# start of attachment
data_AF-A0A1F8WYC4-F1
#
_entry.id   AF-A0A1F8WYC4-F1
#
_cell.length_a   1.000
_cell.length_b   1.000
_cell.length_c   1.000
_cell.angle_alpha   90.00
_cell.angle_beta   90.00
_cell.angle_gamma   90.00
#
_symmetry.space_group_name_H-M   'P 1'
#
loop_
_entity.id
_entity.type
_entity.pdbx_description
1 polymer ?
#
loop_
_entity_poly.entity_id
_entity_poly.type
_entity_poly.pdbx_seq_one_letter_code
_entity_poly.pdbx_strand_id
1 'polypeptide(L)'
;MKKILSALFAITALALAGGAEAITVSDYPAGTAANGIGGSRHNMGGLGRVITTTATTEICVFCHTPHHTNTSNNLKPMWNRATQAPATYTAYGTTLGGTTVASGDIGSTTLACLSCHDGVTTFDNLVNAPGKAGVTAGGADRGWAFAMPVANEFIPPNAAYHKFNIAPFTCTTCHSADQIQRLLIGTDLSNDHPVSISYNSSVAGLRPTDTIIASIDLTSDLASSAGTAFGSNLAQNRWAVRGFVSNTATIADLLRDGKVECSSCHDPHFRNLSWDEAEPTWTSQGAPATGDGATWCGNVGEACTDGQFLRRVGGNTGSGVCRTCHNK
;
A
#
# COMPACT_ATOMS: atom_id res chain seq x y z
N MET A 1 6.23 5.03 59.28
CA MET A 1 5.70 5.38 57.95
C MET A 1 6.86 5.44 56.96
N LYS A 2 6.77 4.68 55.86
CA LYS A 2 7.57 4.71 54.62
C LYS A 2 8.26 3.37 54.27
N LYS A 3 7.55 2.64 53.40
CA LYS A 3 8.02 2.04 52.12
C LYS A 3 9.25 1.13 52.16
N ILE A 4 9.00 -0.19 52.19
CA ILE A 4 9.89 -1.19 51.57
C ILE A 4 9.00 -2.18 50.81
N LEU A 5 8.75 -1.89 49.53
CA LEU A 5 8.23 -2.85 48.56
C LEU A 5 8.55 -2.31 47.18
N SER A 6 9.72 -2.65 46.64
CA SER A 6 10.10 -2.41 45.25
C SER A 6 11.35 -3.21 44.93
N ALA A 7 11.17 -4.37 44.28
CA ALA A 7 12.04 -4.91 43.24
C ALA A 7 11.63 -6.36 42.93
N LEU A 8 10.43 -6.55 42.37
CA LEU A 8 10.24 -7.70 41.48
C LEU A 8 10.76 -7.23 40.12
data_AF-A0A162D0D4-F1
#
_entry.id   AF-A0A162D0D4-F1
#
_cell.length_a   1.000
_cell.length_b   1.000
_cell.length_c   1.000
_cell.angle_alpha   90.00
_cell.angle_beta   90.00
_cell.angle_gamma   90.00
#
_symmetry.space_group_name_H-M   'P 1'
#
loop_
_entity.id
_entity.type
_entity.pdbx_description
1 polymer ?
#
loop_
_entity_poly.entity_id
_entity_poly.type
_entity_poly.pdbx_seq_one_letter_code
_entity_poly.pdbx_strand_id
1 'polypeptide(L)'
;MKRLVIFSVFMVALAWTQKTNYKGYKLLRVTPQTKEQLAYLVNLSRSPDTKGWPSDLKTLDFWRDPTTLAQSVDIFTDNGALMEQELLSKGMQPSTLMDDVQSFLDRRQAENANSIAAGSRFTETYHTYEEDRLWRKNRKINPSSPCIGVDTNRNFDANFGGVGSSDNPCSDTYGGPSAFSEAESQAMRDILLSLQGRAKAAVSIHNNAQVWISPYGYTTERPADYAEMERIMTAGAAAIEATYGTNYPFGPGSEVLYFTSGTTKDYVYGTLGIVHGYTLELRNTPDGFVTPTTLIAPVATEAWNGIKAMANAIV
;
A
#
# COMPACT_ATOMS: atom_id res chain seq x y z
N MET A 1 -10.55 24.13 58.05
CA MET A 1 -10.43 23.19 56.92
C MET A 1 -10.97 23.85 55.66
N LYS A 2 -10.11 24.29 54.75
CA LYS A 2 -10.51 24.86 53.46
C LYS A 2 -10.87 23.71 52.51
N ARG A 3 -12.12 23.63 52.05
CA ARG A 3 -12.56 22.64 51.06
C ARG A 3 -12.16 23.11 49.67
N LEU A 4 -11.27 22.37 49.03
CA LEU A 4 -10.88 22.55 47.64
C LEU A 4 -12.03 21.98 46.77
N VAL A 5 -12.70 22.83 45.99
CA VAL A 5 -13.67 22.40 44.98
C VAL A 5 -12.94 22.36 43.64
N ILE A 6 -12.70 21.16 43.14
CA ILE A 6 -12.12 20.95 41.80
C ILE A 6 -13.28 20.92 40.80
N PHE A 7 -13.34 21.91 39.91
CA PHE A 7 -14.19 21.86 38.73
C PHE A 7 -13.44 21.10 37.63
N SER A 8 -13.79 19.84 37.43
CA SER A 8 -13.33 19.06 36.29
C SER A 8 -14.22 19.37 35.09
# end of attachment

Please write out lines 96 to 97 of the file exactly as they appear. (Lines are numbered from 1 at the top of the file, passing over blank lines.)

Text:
C LEU A 4 -12.03 21.98 46.77
N VAL A 5 -12.70 22.83 45.99